10 Feb 2006
A patented micro scanning mirror is key to Fraunhofer IPMS's latest laser projector technology.
Mobile, miniaturised full-color laser projection systems might be a step closer to market-reality thanks to work being carried out at the Fraunhofer Institute for Photonic Microsystems (IPMS) in Germany. The team has developed monochromatic projection units, the size of two sugar cubes, and is aiming for full color projection by summer 2006.
"We have monochrome projection systems available for all three elementary colors. That means the only remaining step for full color projection is to combine three laser beams into one 'white' beam that is directed onto the micro scanning mirror. We are still optimistic that we can demonstrate a full color projection system in first half of 2006," Michael Scholles, business unit manager for the Institute, told optics.org.
The monochromatic images have a resolution of 640 x 480 pixels (VGA), 256 brightness levels per pixel, and are produced at a frame rate of 50Hz. In collaboration with Fraunhofer IOF, IPMS has also produced a 17mm x 7mm x 5mm projector head for an industrial customer; this includes the laser source, collimator optics and mirror.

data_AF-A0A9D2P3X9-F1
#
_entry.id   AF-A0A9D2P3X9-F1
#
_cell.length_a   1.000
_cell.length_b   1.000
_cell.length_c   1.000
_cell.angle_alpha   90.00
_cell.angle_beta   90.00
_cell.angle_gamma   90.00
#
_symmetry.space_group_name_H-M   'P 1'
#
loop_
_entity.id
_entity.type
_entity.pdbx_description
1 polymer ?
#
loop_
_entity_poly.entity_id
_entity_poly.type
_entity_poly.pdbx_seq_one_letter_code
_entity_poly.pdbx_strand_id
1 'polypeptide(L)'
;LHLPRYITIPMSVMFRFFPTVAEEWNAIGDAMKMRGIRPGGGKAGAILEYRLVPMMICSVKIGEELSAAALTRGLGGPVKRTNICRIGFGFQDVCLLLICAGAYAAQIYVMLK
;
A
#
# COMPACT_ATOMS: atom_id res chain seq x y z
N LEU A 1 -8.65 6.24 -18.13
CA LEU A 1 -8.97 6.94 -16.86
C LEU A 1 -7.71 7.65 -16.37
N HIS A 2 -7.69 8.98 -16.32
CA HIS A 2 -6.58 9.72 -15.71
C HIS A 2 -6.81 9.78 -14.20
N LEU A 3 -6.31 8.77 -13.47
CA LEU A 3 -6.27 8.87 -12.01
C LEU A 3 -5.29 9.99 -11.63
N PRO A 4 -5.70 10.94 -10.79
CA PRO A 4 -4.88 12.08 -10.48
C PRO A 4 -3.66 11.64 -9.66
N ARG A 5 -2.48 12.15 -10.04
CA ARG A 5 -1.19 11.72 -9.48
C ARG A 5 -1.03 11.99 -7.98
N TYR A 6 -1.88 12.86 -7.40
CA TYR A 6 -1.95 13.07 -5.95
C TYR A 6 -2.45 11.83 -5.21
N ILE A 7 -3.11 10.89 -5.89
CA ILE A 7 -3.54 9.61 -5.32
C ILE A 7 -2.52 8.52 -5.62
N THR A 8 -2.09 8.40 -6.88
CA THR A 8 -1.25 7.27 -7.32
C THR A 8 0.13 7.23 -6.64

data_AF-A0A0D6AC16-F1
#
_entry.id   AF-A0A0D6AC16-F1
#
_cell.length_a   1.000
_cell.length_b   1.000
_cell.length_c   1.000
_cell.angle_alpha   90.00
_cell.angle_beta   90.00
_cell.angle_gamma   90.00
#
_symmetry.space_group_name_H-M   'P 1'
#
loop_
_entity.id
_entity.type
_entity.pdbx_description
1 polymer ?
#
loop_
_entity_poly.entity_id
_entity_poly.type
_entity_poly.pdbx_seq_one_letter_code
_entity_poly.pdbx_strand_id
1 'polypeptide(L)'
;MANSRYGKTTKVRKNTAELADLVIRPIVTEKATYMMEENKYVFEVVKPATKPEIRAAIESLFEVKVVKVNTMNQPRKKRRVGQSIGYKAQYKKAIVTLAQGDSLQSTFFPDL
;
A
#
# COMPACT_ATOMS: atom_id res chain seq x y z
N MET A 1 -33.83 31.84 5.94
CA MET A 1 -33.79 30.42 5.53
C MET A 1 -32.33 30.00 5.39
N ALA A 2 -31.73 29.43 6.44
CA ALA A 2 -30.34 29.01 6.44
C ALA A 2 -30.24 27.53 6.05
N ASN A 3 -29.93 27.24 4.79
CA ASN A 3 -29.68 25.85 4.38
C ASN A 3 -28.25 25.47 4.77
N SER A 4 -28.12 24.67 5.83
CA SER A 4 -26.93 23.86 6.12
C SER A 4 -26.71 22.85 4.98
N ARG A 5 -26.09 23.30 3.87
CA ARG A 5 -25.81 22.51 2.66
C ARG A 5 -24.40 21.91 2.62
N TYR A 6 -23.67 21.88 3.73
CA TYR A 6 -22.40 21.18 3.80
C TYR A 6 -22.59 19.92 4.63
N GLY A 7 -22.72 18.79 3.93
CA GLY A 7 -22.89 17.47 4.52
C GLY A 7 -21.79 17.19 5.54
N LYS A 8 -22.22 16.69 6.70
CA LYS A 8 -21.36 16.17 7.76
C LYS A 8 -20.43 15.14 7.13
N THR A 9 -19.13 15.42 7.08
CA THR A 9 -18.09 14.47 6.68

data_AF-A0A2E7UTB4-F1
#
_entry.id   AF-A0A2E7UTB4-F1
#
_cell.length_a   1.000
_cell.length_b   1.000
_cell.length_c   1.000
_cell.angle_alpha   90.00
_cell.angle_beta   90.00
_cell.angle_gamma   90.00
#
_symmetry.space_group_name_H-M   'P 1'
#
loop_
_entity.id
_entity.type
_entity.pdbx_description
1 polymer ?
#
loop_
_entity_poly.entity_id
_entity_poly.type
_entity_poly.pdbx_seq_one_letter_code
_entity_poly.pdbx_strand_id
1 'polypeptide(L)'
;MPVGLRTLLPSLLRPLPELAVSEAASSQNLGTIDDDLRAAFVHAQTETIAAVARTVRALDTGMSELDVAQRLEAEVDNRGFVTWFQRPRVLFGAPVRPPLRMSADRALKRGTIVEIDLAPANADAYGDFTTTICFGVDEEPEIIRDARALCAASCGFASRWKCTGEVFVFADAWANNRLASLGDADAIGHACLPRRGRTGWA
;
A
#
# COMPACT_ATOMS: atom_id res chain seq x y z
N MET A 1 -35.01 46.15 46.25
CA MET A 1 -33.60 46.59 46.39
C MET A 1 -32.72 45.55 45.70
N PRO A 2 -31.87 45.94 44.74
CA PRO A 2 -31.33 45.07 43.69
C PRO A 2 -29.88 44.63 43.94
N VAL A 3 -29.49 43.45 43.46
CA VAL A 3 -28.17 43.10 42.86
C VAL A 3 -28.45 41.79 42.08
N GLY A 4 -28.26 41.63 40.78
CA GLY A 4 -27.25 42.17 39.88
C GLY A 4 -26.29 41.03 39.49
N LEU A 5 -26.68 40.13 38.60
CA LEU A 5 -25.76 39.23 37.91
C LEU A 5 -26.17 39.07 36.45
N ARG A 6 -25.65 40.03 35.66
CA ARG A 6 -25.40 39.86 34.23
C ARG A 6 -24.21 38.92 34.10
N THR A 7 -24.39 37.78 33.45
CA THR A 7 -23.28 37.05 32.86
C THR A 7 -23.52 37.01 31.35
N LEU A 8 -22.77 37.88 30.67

The key to the projection system is IPMS's patented MOEMS micro scanning mirror. This oscillates, and deflects a modulated laser beam in both axes, to form regular Lissajous patterns. A control circuit coordinates this process to form images on a screen. Scholles adds, that the system requires no focusing optics.
"Until now, two key elements were missing for miniaturized laser projection systems: electrically modulated laser sources for all three colors and small, robust micromechanical devices for light deflection," said Scholles. "The first problem has been solved by leading laser manufacturers. The second gap is filled by our two-dimensional resonant micro scanning mirror that can be manufactured in large quantities. I see no remaining obstacle for laser projection systems targeting the markets."
The system is aimed at applications where ultra-compact projection heads are necessary, such as integration into mobile devices or applications in infotainment, automotive, medical, and metrology industries. "For a number of applications, full color is essential, however, other markets, especially for industrial applications, are satisfied with monochrome systems already," said Scholles.
Scholles says that IPMS is already producing a 1-D version of the micro scanning mirror in large quantities for an industrial customer, who will use the device in barcode readers. The researchers are currently working on further miniaturization of the projector head.
The monochromatic projector was demonstrated at Photonics West in January. Scholles says people should watch out for more details in June at Society of Information Display 2006 exhibition.